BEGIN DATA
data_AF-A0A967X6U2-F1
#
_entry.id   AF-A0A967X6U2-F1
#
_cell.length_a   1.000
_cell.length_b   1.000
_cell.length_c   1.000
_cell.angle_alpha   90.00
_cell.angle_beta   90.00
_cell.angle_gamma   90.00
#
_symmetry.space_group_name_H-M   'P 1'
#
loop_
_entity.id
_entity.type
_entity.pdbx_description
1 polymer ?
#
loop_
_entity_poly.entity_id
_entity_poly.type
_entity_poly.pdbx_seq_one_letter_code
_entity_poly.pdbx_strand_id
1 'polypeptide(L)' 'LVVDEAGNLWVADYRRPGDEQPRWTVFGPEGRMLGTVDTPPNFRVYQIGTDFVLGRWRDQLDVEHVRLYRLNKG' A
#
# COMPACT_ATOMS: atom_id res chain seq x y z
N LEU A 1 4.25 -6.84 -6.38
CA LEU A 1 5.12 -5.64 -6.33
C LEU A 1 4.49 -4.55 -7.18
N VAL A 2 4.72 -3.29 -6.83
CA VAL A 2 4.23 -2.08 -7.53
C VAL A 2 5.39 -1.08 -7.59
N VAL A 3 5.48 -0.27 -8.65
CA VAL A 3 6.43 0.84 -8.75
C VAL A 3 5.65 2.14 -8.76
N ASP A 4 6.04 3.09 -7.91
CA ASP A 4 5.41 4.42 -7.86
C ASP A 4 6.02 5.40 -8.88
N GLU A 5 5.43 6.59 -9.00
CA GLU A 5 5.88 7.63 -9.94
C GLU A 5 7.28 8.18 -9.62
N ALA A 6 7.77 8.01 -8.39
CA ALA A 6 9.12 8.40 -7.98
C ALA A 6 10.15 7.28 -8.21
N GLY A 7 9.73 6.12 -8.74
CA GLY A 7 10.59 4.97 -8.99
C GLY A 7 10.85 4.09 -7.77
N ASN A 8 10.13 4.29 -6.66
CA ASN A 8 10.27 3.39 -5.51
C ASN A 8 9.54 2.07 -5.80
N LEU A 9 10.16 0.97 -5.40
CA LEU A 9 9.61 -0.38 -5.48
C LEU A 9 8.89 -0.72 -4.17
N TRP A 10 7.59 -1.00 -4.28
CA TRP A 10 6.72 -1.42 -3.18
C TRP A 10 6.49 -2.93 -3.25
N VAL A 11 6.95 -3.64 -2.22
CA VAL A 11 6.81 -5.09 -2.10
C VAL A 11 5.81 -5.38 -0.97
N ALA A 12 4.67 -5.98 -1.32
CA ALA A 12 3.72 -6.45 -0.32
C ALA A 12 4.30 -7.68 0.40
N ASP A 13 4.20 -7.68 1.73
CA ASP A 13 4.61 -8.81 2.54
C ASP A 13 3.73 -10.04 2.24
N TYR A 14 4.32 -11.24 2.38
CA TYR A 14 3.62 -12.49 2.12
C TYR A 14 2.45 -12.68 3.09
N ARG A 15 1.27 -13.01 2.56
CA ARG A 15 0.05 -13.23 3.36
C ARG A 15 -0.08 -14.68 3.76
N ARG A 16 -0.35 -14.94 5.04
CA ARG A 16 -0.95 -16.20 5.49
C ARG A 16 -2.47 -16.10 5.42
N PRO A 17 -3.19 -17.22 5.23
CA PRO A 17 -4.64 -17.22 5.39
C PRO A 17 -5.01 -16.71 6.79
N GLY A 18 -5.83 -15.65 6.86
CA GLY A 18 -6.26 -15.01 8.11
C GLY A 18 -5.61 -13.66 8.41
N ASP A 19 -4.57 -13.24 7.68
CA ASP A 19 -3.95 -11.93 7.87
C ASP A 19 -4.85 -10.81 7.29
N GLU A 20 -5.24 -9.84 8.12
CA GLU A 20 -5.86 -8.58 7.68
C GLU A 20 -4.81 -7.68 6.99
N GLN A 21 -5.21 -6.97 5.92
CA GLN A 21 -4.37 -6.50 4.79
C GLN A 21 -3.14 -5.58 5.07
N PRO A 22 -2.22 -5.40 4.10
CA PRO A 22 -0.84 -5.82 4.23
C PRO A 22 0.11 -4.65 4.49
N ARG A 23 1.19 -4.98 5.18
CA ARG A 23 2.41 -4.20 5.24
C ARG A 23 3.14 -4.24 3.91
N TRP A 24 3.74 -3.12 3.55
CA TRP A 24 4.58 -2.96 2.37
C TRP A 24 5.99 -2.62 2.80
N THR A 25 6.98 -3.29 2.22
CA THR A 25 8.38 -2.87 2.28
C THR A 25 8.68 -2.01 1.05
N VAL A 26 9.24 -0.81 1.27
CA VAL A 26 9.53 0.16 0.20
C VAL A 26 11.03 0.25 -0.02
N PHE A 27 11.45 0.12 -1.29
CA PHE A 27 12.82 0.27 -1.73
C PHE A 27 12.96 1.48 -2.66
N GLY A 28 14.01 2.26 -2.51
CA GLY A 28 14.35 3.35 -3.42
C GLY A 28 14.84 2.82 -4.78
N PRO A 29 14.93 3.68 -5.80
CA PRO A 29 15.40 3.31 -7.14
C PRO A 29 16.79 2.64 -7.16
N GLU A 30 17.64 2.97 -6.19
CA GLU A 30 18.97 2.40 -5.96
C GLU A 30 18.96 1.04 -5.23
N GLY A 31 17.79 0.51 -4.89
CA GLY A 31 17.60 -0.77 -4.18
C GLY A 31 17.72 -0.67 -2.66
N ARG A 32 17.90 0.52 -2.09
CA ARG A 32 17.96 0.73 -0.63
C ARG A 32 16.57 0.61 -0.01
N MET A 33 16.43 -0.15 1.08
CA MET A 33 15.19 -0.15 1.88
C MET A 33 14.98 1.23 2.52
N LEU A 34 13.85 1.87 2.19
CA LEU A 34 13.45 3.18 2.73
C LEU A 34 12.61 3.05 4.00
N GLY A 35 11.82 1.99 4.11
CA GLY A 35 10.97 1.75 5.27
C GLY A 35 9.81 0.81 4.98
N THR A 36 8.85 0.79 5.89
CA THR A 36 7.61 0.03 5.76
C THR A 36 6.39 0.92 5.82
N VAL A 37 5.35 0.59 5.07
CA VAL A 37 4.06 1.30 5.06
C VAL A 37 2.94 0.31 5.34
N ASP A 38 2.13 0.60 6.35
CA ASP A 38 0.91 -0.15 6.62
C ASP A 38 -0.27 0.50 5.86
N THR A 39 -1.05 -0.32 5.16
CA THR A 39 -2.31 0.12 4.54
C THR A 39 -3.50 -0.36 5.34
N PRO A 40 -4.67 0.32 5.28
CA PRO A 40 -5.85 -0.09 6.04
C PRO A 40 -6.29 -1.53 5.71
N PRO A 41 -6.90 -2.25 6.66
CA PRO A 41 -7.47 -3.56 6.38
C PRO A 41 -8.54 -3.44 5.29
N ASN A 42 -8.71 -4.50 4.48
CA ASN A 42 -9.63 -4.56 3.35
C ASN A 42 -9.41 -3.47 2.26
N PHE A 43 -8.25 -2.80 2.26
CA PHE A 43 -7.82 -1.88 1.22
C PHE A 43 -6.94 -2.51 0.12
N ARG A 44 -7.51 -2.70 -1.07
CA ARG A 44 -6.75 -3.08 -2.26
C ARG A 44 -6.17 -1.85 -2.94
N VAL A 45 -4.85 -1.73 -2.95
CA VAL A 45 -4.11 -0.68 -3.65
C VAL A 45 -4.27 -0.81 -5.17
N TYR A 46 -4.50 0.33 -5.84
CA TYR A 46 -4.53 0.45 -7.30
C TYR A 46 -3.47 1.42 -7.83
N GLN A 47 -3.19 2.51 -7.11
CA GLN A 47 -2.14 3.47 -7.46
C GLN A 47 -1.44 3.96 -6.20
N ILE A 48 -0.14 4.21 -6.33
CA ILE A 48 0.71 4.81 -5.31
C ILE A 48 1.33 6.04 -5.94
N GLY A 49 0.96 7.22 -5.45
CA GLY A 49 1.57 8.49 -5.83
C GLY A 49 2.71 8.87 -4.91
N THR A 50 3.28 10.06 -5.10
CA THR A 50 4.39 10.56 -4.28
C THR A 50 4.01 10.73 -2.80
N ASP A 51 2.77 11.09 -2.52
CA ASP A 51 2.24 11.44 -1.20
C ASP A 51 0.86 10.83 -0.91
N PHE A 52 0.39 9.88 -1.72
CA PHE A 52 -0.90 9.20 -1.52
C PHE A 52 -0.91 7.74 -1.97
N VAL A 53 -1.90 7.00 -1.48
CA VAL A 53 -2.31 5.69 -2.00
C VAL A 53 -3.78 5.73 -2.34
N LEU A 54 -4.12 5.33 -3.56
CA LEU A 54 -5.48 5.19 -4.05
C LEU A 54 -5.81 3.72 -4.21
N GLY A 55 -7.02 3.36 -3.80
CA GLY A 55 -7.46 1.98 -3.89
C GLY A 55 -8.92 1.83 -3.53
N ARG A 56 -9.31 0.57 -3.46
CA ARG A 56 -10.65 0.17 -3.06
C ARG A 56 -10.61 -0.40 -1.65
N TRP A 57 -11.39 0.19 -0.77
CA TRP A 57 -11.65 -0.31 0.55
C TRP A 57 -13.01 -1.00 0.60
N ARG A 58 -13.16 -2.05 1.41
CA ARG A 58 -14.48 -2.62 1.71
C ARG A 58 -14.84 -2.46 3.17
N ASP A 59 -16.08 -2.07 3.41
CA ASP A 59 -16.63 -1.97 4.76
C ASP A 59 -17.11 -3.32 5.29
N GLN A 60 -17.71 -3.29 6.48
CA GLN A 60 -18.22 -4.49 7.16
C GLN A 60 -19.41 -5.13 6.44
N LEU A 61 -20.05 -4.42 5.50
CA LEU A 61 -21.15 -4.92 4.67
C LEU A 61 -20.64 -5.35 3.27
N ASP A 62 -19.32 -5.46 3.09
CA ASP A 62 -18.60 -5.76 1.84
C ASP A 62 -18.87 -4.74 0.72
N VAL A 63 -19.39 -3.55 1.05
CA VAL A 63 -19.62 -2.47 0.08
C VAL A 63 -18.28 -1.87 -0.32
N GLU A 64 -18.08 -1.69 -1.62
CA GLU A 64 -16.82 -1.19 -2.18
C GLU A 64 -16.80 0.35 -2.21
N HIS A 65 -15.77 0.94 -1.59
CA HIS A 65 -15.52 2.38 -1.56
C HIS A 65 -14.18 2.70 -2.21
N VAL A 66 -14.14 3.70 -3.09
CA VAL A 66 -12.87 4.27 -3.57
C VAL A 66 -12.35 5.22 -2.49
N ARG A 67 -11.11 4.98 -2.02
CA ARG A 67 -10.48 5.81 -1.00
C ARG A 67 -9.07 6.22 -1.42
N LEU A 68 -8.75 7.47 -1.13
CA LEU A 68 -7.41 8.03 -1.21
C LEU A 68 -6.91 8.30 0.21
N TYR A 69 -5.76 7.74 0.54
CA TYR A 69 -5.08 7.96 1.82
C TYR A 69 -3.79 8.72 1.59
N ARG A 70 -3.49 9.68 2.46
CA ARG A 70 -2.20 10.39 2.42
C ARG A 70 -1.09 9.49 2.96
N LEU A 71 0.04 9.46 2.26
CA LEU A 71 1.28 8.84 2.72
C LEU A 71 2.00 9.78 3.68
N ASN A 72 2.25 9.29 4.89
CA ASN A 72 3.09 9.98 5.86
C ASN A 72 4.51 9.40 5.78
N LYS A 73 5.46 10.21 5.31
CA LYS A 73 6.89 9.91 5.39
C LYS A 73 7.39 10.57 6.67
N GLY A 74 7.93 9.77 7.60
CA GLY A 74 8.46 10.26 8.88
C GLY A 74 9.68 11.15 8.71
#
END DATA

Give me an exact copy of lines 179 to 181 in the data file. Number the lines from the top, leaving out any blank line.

CA ASP A 51 2.24 11.44 -1.20
C ASP A 51 0.86 10.83 -0.91
N PHE A 52 0.39 9.88 -1.72